By Barb Stewart
The Boundary Invasive Species Society held their fall stakeholder meeting in Midway recently to report on what invasive plant management was done this past year and to discuss needs for 2014.
Brenda LaCroix with the Christina Lake Stewardship Society (CLSS) shared the activities completed out at the lake to inform Lake users about the risk of introduction of mussels and other species and what they can do to prevent introduction. Clean, drain, dry your watercraft was the main message.
Under the Controlled Alien Species Regulation it is illegal to have mussels (live or dead) in the province, however very few inspections are being done. The potential impacts of Zebra and Quagga mussels on the lake would be devastating not only to infrastructure (fouling of waterlines, docks, boats) but also to recreation with changes to the fishery and risk of beaches lined with sharp mussels that cut your feet.
With a major recreational border crossing in our area CLSS is being proactive to try to get people complying with the new law. The plan for next year is to expand the awareness program to the rest of the Boundary however without any dedicated funds for aquatic species education, securing funding to do it will be the major challenge.
Don Gayton, well-known grasslands expert, presented on his monitoring results in the Johnstone Creek area grasslands. The area has a long history of knapweed and other weeds. The knapweed has declined in the area with suppression by the bio-control insects but other weeds are increasing even in the ungrazed areas. He suggests that research needs to be done to look into whether pocket gophers, which appear to have quite high populations and cause quite a bit of disturbance with their burrowing, could be the cause. This presentation showed how complicated grassland systems can be and that management is not always as straightforward as you think.
Barb Stewart, Boundary Invasive Species program co-ordinator, presented some highlights from this year including a restoration project out at Boothman’s Oxbow Provincial Park that is being funded by Environment Canada’s Eco-Action Community Funding Program.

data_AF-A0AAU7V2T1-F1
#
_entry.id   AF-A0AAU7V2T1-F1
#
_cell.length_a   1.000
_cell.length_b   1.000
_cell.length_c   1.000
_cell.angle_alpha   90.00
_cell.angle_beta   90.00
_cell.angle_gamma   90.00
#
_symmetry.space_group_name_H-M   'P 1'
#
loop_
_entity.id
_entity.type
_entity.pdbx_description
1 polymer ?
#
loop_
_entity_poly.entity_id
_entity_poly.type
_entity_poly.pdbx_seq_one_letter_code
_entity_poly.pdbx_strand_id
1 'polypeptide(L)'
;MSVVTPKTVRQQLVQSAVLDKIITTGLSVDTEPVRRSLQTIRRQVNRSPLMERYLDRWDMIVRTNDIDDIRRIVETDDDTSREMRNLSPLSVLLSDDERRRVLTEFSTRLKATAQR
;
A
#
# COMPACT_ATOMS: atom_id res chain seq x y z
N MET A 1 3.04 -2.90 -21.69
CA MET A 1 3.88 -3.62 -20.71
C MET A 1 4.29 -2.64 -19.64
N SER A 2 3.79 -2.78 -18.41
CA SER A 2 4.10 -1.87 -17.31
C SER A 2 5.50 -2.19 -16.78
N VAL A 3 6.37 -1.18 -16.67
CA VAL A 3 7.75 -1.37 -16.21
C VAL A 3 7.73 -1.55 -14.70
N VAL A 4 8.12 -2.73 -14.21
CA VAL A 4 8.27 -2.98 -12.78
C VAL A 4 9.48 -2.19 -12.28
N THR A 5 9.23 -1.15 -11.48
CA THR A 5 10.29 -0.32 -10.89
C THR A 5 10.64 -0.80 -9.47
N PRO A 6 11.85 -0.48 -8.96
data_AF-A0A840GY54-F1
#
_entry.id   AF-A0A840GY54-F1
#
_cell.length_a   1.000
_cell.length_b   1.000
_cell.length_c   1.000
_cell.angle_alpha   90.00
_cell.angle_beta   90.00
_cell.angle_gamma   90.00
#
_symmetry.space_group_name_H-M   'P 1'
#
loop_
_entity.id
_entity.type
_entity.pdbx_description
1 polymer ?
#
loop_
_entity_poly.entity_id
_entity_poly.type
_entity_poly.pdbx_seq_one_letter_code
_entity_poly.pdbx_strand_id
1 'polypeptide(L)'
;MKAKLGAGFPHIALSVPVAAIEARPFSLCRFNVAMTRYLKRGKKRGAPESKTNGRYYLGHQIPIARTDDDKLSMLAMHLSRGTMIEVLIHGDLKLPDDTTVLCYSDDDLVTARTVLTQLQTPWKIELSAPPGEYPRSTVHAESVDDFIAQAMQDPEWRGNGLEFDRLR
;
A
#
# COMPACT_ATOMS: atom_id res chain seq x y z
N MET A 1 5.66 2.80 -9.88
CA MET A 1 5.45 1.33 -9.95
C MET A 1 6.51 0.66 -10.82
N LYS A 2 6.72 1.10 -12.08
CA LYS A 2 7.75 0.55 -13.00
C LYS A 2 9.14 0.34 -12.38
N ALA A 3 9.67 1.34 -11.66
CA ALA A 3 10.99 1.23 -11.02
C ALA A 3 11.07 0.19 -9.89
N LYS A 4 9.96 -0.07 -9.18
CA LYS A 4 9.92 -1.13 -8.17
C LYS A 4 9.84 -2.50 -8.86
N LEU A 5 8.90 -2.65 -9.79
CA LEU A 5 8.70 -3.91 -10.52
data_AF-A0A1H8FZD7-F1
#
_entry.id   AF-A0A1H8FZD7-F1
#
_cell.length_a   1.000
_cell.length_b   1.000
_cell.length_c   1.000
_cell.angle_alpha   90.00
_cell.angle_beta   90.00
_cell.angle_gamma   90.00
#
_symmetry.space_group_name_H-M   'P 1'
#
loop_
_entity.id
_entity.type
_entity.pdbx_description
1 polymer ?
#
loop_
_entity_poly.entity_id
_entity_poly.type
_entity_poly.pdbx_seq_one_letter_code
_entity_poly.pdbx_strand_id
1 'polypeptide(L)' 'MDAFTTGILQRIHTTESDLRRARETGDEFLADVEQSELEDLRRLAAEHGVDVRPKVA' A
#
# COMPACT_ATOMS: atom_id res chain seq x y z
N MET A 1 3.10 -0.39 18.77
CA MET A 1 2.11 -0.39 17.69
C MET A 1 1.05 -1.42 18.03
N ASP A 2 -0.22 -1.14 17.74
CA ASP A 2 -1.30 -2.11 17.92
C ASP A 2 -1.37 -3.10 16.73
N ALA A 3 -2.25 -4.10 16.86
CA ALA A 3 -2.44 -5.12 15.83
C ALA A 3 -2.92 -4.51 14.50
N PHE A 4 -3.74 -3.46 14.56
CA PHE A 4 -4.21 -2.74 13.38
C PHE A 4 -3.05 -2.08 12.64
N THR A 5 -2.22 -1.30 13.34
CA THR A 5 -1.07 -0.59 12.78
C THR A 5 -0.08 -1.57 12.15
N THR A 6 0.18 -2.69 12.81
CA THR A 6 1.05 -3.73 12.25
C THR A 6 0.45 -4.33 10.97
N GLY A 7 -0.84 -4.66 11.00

The education program including promoting an online youth education program on invasive species with funding from the Phoenix Foundation. She also spoke of the Goats on Weeds workshop held in Grand Forks and provided an update on what is going on around BC with respect to invasive species.
The Boundary Invasive Species Society presented the annual report on management activities this past year. There was an 9 per cent decline in funding for management which is a real concern since six new plant species were found this year and if funds continue to decline it will be more challenging to address both new and existing invasive plants.
An increase in diffuse knapweed was observed throughout our grasslands this summer, which we hope is just a blip in the expected population cycling. Monitoring of knapweed bio-control insects found one of the root boring weevils more widespread than we had thought, which is very good news.
Manual pulling crews removed invasives on over 19 hectares of public land this year including several large patches of yellowflag iris along creeks. Longspine sandbur was found late in the season along the highway in Christina Lake at a new location so crews pulled as much as they could to reduce spread by pedestrians walking along the road. This was a challenging summer for the herbicide contractors since the hot weather limited what work they could do. Overall a lot of work was done. A copy of the annual report will be available at www.rdkb.com under Environment Services.
The Boundary Invasive Species Society is a non-profit registered charity who main focus is to increase awareness of the impacts, provide information on management, and coordinate management efforts to improve invasive species management within the Boundary. For information on our programs contact Barb Stewart at 250-446-2232 or email email@example.com